Meredith Ireland - Author

Twitter Pitching Tips

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Hey there- whether you’re here for #Pitmad, #DVPit, or any of the Twitter pitching contests- congratulations! You wrote a book! And you already have a leg up by looking for help.

First things first- vet the contest. Does it have a history of success? Does it have good agents signed on? There’s no reason to throw out your idea to maybe get one like from a schmagent. And contest fatigue is real. Your pitch has impact in about two events- choose wisely.

Next, make sure to check the rules for the specific contest you’re interest in. Some allow retweets, some don’t. All have a limit on number of pitches. Some are open to all works, others limit participants. They do all have one thing in common: you have to squeeze your 80,000 word book into 140-280 characters.*

*Even though you can go to 280, doesn’t mean you have to, or should

It may seem daunting, but good pitches are actually based on a simple formula of expressing: character, conflict, and stakes. This is the same whether it’s for querying or Twitter. So let’s break this down:

Character

This is your MC. If you have more than one narrator, focus on the main MC or list out something like- four friends, a vampire motorcycle gang, whatever binds your characters together. Try to use your MC’s name. What makes them special? Be as specific as possible. Compare which one has more interest: a girl vs. 16yo acrobat Lila

Conflict

This is why you wrote the story- the plot, the overarching concept distilled into a few words. What does your MC have to do? What’s wrong in their world? It can be phrased as a choice, a problem, or an action.

So: 16yo acrobat Lila must choose between…

16yo acrobat Lila’s has a problem…

16yo acrobat Lila’s world is turned upside down when…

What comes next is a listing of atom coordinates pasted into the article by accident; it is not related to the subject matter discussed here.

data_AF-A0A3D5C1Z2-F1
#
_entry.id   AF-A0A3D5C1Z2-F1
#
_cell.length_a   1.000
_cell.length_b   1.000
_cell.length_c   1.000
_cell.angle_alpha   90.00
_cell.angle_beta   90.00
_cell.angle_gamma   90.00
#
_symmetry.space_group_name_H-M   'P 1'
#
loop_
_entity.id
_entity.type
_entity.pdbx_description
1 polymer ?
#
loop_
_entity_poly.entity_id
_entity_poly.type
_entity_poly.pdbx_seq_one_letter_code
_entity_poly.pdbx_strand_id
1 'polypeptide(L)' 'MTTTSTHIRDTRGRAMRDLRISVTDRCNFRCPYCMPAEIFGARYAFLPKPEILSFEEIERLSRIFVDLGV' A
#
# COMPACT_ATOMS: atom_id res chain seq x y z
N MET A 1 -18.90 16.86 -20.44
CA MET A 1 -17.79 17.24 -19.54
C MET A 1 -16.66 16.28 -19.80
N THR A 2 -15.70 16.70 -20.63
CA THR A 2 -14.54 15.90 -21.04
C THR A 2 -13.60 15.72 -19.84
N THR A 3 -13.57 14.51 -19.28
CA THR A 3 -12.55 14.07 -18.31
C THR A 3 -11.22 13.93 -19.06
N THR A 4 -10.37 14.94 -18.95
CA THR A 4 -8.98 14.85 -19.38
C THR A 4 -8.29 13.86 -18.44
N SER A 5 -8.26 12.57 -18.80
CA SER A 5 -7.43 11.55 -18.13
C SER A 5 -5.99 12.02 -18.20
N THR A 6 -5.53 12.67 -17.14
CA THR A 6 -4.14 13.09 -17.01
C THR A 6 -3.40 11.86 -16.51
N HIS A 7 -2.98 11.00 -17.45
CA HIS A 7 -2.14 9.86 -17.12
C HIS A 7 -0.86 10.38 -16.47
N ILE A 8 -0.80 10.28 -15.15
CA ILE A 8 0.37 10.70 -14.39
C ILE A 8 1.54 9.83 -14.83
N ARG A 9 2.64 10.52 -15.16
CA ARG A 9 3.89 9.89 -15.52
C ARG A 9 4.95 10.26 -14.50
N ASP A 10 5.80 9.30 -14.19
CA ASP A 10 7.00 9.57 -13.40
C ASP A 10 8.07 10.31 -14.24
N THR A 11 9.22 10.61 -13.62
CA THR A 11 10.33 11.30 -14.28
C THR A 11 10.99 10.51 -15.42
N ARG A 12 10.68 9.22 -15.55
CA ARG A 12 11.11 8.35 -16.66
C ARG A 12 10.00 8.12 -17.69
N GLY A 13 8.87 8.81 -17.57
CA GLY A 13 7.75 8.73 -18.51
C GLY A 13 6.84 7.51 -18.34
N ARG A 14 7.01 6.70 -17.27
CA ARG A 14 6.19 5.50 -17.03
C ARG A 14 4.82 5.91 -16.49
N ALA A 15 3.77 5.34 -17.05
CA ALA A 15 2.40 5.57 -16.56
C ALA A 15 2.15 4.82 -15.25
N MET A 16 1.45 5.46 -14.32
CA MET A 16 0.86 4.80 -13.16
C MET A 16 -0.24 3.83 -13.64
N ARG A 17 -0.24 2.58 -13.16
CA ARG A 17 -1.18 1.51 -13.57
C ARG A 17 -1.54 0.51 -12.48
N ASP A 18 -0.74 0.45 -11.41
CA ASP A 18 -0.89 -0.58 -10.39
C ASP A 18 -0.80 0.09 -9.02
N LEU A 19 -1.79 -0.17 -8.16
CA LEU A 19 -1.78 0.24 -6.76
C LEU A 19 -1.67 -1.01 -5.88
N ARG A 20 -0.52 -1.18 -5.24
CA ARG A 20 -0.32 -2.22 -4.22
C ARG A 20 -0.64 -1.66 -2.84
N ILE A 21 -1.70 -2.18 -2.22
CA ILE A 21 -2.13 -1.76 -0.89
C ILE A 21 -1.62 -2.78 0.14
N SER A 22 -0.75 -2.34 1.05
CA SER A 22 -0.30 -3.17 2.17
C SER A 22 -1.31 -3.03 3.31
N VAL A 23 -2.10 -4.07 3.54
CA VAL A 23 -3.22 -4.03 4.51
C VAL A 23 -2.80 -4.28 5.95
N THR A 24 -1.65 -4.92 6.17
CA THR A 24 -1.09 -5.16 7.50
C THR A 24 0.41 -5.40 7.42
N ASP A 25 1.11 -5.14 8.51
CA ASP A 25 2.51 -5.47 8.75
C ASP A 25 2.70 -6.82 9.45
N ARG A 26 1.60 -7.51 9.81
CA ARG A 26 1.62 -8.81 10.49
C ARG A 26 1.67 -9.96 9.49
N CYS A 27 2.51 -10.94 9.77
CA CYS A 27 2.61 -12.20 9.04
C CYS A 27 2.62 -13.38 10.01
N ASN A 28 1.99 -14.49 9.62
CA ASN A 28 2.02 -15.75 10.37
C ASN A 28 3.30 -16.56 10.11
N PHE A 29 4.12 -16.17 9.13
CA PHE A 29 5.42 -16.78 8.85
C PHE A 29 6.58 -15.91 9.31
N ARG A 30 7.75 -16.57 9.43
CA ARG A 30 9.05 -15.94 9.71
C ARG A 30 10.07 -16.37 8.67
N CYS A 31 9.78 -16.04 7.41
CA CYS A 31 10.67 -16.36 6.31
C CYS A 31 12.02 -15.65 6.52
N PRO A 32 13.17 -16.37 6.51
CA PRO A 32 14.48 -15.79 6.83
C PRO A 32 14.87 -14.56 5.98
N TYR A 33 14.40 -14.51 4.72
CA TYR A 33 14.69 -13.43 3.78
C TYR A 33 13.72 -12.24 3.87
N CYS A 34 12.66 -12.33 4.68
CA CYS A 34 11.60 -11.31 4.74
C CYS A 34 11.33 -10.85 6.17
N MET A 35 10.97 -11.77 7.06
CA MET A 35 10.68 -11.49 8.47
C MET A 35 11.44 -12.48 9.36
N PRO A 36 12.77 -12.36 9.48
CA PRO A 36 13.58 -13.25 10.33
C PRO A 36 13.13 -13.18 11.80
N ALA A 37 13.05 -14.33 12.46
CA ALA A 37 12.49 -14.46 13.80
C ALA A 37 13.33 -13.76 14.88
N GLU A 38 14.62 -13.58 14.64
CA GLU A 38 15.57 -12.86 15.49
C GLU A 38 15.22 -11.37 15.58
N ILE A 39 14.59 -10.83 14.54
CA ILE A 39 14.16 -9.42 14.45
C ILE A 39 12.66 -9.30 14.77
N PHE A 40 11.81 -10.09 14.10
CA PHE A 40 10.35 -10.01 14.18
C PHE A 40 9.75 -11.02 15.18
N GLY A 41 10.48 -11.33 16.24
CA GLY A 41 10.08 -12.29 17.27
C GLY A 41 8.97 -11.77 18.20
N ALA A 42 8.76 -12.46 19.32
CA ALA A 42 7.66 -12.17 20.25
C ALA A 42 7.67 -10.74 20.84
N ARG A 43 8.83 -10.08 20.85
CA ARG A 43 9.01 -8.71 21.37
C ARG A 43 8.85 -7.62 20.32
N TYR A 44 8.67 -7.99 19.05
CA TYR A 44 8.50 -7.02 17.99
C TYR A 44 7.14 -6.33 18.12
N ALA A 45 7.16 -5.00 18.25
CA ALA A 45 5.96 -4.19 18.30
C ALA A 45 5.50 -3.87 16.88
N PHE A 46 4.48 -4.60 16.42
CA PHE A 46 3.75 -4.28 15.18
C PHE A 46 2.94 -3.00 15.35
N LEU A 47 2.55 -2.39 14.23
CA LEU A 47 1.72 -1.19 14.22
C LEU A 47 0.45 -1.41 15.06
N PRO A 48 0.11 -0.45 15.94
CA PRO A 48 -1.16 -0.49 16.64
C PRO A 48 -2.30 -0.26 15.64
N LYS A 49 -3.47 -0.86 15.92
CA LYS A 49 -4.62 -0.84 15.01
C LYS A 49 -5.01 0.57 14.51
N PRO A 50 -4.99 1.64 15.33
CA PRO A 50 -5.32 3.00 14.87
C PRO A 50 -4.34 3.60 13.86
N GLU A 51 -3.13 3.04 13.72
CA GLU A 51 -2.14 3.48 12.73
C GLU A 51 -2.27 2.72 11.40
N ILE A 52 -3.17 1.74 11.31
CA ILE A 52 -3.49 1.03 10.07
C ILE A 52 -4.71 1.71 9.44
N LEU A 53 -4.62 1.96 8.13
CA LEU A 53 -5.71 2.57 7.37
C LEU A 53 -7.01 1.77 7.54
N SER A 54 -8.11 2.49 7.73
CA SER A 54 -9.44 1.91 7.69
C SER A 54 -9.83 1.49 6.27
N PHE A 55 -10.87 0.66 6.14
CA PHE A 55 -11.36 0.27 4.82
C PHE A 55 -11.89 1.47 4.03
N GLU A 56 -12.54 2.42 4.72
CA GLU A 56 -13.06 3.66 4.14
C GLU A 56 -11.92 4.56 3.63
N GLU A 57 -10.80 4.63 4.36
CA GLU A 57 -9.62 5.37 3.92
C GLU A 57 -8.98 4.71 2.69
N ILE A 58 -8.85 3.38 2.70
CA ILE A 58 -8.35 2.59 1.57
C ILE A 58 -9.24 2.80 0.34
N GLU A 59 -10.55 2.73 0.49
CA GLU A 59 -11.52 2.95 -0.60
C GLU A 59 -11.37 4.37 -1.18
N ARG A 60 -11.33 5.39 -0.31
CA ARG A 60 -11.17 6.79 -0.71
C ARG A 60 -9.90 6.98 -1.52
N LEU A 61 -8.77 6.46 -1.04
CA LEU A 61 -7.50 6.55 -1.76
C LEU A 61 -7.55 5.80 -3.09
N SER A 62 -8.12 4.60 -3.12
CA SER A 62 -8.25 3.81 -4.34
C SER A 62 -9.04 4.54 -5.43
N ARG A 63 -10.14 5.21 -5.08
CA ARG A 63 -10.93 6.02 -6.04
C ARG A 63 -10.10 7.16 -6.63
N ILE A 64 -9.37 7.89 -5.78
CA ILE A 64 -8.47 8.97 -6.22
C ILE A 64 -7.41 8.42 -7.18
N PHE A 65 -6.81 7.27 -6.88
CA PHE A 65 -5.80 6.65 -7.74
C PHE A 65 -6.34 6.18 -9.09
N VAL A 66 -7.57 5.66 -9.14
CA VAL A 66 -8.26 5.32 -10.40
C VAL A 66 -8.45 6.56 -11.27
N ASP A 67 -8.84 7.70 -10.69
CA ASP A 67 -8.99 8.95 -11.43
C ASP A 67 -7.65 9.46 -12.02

Given the limited characters, try to simplify as much as possible. Too many plot points wind up confusing.

Stakes

This is why the MC can’t just walk away and make a sandwich. What binds the character to the issue? What happens if she fails? Be as specific as possible. Sometimes this is implied with a genre like romance- then focus on what keeps the two people apart. Sometimes with thrillers it’s as simple as- or she’ll be next.

Compare: she’ll lose everything vs. her family will lose their traveling circus

Save the world vs. Rescue her boyfriend

Use Comp Titles when appropriate

I’m a big fan of comps. The right ones can hook an agent quickly.

First the basics: make sure you have READ THE COMP. It is very obvious when your pitch doesn’t at all match the comp.

Second: make sure your comp titles are in ALL CAPS. Reasonable abbreviations are fine. Never put your own title in your pitch.

I strongly recommend at least one if your work is SFF. It’s really difficult to squeeze a whole world into a tweet. I think it’s best to go with a comp that is similar to your setting + one similar to your overall characters or conflict.

So putting it all together: THE NIGHT CIRCUS + SIX OF CROWS (world, then plot) To save her magical circus, 16yo acrobat Lila must steal a cursed gem (character and conflict). But success may cost her brother’s life (stakes) #Dvpit

Stay away from mega-international hits that define genres. Do you realllllly want to comp to HARRY POTTER or TWILIGHT? Keep in mind, HARRY POTTER is 19 years old, & you want to show you read in your genre. A book that spent a couple of weeks on the NYT but wasn’t THE HUNGER GAMES is a good bet. Find something within the last 3 years.

Movies or TV series or plays are fine, but it’s a little weird when neither is a book.

Random Miscellaneous

If it’s allowed- utilize the multiple pitches allowed to highlight different aspects of your story- so maybe two with comps and one without.

Ask someone familiar with your book if the pitch captures the essence of your story. Yes? Great. Now ask someone else who’s never read it to see if it hooks them.

In pitches without comps, try to match the tone of your work. A humorous light book’s pitch should be funny. A dark thriller should leave chills.

Pin your most favorited pitch and leave it up for a few days. Some agents roll through late. Some like to look once the feed stops.

Make friends. If Retweets or QTs are allowed, boost your fellow authors whose pitches you like. If not, reply. It costs you nothing and I’ve met some of my dearest writing partners through pitch events.

That’s it! Remember to go for a walk and try to keep your eyes off Twitter for a bit. Don’t forget to drink some water and relax- some books are just best as queries and that’s okay.

Good luck!

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